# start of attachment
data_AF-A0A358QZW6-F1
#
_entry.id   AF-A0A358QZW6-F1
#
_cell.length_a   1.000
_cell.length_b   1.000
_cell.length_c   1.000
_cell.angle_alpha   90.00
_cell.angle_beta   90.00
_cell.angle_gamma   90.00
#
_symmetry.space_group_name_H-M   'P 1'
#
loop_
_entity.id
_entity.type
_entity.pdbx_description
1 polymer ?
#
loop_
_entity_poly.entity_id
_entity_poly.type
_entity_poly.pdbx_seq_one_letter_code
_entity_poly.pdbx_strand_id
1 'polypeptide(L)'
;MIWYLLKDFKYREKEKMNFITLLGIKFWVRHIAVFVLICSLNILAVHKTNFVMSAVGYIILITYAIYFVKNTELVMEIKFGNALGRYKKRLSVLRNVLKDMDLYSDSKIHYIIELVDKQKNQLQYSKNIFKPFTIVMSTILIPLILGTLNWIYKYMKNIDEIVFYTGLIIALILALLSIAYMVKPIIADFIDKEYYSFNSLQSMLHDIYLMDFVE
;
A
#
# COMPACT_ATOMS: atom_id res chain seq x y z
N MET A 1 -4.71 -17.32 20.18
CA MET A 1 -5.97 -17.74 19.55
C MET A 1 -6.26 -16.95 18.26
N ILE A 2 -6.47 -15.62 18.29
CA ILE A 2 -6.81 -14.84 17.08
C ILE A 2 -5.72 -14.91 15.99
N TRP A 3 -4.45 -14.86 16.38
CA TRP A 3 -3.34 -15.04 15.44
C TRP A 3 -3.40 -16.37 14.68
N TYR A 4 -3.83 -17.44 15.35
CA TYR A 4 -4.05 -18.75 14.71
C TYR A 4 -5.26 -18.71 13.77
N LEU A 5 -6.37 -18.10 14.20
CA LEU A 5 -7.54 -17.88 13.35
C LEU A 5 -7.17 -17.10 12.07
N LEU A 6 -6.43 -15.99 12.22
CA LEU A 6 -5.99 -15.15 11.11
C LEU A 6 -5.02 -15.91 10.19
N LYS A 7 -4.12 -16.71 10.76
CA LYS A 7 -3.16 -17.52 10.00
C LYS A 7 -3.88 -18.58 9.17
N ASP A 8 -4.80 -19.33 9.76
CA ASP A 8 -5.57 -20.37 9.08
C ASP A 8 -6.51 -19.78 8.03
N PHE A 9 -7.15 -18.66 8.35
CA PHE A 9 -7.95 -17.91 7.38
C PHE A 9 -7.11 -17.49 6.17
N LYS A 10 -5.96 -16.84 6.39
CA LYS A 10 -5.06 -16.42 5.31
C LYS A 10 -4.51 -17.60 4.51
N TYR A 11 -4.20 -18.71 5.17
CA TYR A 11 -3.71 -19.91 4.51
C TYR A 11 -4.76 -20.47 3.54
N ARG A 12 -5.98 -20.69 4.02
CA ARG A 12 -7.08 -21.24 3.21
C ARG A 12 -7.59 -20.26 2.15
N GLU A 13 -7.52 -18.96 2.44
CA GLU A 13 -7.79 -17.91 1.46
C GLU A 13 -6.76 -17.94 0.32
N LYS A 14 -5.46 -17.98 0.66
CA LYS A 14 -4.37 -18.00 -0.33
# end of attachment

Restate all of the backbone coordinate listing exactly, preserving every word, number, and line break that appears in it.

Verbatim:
data_AF-A0A358QZW6-F1
#
_entry.id   AF-A0A358QZW6-F1
#
_cell.length_a   1.000
_cell.length_b   1.000
_cell.length_c   1.000
_cell.angle_alpha   90.00
_cell.angle_beta   90.00
_cell.angle_gamma   90.00
#
_symmetry.space_group_name_H-M   'P 1'
#
loop_
_entity.id
_entity.type
_entity.pdbx_description
1 polymer ?
#
loop_
_entity_poly.entity_id
_entity_poly.type
_entity_poly.pdbx_seq_one_letter_code
_entity_poly.pdbx_strand_id
1 'polypeptide(L)'
;MIWYLLKDFKYREKEKMNFITLLGIKFWVRHIAVFVLICSLNILAVHKTNFVMSAVGYIILITYAIYFVKNTELVMEIKFGNALGRYKKRLSVLRNVLKDMDLYSDSKIHYIIELVDKQKNQLQYSKNIFKPFTIVMSTILIPLILGTLNWIYKYMKNIDEIVFYTGLIIALILALLSIAYMVKPIIADFIDKEYYSFNSLQSMLHDIYLMDFVE
;
A
#
# COMPACT_ATOMS: atom_id res chain seq x y z
N MET A 1 -4.71 -17.32 20.18
CA MET A 1 -5.97 -17.74 19.55
C MET A 1 -6.26 -16.95 18.26
N ILE A 2 -6.47 -15.62 18.29
CA ILE A 2 -6.81 -14.84 17.08
C ILE A 2 -5.72 -14.91 15.99
N TRP A 3 -4.45 -14.86 16.38
CA TRP A 3 -3.34 -15.04 15.44
C TRP A 3 -3.40 -16.37 14.68
N TYR A 4 -3.83 -17.44 15.35
CA TYR A 4 -4.05 -18.75 14.71
C TYR A 4 -5.26 -18.71 13.77
N LEU A 5 -6.37 -18.10 14.20
CA LEU A 5 -7.54 -17.88 13.35
C LEU A 5 -7.17 -17.10 12.07
N LEU A 6 -6.43 -15.99 12.22
CA LEU A 6 -5.99 -15.15 11.11
C LEU A 6 -5.02 -15.91 10.19
N LYS A 7 -4.12 -16.71 10.76
CA LYS A 7 -3.16 -17.52 10.00
C LYS A 7 -3.88 -18.58 9.17
N ASP A 8 -4.80 -19.33 9.76
CA ASP A 8 -5.57 -20.37 9.08
C ASP A 8 -6.51 -19.78 8.03
N PHE A 9 -7.15 -18.66 8.35
CA PHE A 9 -7.95 -17.91 7.38
C PHE A 9 -7.11 -17.49 6.17
N LYS A 10 -5.96 -16.84 6.39
CA LYS A 10 -5.06 -16.42 5.31
C LYS A 10 -4.51 -17.60 4.51
N TYR A 11 -4.20 -18.71 5.17
CA TYR A 11 -3.71 -19.91 4.51
C TYR A 11 -4.76 -20.47 3.54
N ARG A 12 -5.98 -20.69 4.02
CA ARG A 12 -7.08 -21.24 3.21
C ARG A 12 -7.59 -20.26 2.15
N GLU A 13 -7.52 -18.96 2.44
CA GLU A 13 -7.79 -17.91 1.46
C GLU A 13 -6.76 -17.94 0.32
N LYS A 14 -5.46 -17.98 0.66
CA LYS A 14 -4.37 -18.00 -0.33